Birthday: April 27, 1896
Died At Age: 41
Sun Sign: Taurus
Also Known As: Wallace Hume Carothers, W. H. Carothers
Born Country: United States
Born in: Burlington, Iowa, United States
Famous as: Inventor of Neoprene & Nylon
Died on: April 29, 1937
place of death: Philadelphia, Pennsylvania, United States
U.S. State: Iowa
Cause of Death: Suicide
education: University of Illinois at Urbana–Champaign, Tarkio College
Who was Wallace Carothers?
Wallace Hume Carothers was an American chemist who invented nylon and neoprene. The name of Wallace Carothers stands out from the list of the world’s greatest inventors. His contributions to organic chemistry were recognized as outstanding and, in spite of the relatively short span of time for his productive accomplishments, he became a leader in his field with an enviable international reputation. He was a brilliant scientist but a melancholic man who was happiest out of the limelight, beavering away in his laboratory. Carothers made the breakthrough that would change the very fabric of the modern world.Carothers called it nylon and, thanks to its myriad uses, he was responsible for a 20th century industrial revolution. Clothes, ropes, weapons and machines could all be manufactured from this versatile and durable first form of plastic. It was the material that helped the Allies win the Second World War and, even now, nylon and its spin-offs surround us. Yet its inventor never lived to see the remarkable impact of nylon. Carothers was a tortured soul who struggled to cope away from his beloved test tubes and took his own life at the age of just 41.
Childhood & Early Life
Carothers was born on April 27, 1937 in Burlington, Iowa. Wallace carothers was the first scientist in the family.
His father, Ira Hume Carothers, taught at a country school. Later he entered the field of commercial education and for forty-five years engaged himself in that type of work as teacher and vice-president in the Capital City Commercial College, Des Moines, Iowa.
His mother, Mary Evalina McMullin of Burlington, Iowa, exerted a powerful influence and guidance in the earlier years of Carothers’s life.
Carothers was especially devoted to his sister, Isobel. Her death in January, 1936, was a shock to him and he was never able to reconcile himself completely to her loss.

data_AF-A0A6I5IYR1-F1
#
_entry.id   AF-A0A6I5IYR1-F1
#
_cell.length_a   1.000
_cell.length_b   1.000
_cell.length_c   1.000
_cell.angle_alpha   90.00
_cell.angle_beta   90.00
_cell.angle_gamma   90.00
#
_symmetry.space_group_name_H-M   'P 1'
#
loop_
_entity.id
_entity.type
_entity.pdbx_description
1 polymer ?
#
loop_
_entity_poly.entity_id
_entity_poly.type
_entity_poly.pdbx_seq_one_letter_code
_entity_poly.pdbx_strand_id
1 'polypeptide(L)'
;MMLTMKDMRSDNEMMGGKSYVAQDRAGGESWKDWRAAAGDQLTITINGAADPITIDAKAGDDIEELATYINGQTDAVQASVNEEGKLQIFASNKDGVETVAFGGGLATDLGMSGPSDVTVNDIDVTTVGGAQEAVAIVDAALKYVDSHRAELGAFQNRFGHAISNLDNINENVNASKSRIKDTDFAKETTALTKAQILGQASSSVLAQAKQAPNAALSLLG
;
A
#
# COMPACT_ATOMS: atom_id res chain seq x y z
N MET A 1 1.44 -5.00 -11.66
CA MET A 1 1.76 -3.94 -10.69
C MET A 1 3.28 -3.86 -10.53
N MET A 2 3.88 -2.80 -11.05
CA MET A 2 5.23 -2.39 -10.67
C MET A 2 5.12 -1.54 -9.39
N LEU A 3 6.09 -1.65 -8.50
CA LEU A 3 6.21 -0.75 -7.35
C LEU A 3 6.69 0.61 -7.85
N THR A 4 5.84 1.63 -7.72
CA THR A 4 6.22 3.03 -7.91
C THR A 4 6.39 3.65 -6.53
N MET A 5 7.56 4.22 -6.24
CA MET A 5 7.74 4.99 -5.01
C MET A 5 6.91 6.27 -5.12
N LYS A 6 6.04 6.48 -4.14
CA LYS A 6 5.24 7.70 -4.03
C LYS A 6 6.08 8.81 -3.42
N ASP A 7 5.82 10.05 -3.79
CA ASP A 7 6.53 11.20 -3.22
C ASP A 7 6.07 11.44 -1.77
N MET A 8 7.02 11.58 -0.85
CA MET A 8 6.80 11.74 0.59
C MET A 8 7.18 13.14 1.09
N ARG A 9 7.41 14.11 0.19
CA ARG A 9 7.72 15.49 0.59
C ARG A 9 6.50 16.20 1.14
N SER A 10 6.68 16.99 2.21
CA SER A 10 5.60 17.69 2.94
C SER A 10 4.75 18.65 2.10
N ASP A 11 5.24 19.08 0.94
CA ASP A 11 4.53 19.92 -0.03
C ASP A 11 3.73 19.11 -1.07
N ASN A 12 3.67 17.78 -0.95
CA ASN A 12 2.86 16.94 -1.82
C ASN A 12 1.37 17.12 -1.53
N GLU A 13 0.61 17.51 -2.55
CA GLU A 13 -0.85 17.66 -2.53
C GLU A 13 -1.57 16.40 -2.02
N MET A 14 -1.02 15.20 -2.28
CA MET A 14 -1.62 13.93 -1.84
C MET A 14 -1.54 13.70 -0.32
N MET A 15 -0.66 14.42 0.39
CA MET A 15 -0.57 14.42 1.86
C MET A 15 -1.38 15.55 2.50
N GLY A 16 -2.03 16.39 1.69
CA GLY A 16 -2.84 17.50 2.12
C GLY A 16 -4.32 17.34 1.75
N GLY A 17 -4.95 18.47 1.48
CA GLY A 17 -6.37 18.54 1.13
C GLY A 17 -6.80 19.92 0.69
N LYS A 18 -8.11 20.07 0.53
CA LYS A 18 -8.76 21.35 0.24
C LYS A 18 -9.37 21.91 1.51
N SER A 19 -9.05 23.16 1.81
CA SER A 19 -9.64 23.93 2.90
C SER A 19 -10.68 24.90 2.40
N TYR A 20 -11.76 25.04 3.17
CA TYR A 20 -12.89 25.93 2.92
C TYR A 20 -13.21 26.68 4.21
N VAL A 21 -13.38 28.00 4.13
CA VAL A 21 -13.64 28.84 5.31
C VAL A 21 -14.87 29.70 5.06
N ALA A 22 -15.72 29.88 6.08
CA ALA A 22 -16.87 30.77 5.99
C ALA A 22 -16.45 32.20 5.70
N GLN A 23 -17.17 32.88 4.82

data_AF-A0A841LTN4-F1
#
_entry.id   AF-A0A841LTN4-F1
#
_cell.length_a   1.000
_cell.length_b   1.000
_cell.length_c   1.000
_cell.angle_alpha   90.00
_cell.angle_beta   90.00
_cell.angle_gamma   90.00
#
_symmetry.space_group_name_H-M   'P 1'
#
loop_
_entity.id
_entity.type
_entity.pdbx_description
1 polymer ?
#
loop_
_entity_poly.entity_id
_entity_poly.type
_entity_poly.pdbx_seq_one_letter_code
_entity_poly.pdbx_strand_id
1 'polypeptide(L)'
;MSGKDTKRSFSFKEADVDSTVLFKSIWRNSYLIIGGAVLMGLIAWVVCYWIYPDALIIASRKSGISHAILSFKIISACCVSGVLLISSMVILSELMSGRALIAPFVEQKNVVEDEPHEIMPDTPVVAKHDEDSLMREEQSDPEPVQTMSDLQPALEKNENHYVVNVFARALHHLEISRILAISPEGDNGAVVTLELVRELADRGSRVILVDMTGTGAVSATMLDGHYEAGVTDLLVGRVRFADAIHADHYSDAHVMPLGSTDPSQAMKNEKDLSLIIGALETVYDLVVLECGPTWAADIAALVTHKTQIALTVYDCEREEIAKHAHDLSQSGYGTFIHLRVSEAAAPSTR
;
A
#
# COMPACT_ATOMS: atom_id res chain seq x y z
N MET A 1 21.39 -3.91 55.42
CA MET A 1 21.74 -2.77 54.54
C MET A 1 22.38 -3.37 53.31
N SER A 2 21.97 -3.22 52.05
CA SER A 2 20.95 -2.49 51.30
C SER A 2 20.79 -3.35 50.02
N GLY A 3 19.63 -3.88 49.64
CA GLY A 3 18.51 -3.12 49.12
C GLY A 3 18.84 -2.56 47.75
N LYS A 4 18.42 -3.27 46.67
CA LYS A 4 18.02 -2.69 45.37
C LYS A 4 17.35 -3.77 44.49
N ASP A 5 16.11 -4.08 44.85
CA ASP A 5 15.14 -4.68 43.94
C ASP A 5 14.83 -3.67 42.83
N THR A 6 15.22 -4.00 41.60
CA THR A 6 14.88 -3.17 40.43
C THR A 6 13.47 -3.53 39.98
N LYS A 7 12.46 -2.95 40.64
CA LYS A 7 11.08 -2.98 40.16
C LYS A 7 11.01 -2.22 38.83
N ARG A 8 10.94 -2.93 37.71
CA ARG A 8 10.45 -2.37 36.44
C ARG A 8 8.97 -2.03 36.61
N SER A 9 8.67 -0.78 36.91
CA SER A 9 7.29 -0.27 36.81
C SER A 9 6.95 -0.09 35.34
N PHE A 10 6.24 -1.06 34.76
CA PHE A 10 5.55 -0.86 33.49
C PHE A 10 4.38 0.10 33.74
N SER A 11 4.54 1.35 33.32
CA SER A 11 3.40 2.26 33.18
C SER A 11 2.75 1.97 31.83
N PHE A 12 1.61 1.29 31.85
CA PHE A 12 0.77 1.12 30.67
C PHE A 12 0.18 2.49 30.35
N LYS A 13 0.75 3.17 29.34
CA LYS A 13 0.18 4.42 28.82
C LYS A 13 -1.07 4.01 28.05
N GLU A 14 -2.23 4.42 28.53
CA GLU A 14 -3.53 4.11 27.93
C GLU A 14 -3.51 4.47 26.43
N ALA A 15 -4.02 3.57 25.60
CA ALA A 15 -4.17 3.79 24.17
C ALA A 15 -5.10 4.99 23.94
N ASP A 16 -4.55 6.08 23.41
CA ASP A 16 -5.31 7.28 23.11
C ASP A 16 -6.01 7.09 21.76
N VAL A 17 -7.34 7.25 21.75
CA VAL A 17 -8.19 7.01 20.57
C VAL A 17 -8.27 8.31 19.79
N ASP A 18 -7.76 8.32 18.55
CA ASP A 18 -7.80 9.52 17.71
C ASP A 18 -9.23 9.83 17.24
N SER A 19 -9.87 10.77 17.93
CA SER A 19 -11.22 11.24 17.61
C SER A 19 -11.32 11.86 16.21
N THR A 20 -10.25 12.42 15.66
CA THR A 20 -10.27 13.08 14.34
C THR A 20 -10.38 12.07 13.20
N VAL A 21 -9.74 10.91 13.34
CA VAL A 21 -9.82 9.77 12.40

Carothers was the oldest of four children. His education began in the public schools of Des Moines, Iowa, where his parents moved when he was just five. In 1914 he graduated from the North High School. As a growing boy he had zest for work as well as play. He enjoyed tools and mechanical things and spent much time in experimenting.
His school work was characterized by thoroughness. It was his habit to leave no task unfinished or done in a careless manner.
He entered the Capital City Commercial College in the fall of 1914 and graduated in the accountancy and secretarial curriculum in July, 1915, taking considerably less time than the average.
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He entered Tarkio College, Tarkio, Missouri, in September, 1915, to pursue a scientific course, and simultaneously accepted a position of an assistant in the Commercial Department.
He continued in this capacity for two years and then was made an assistant in English, although he had specialized in chemistry from the time he entered college.
During the World War the head of the department of chemistry, Dr. Arthur M. Pardee, was called to another institution, and Tarkio College found it impossible to secure a fully equipped teacher of chemistry. Carothers, who previously had taken all of the chemistry courses offered, was appointed to take over the instruction.
Leaving Tarkio College in 1920 with his bachelor of science degree, he enrolled in the chemistry department of the University of Illinois where he completed the requirements for the master of arts degree in the summer of 1921.
His former instructor at Tarkio College, then head of the chemistry department at the University of South Dakota, desired a young instructor to handle courses in analytical and physical chemistry and was fortunate in securing Carothers for this position during the year, 1921-1922.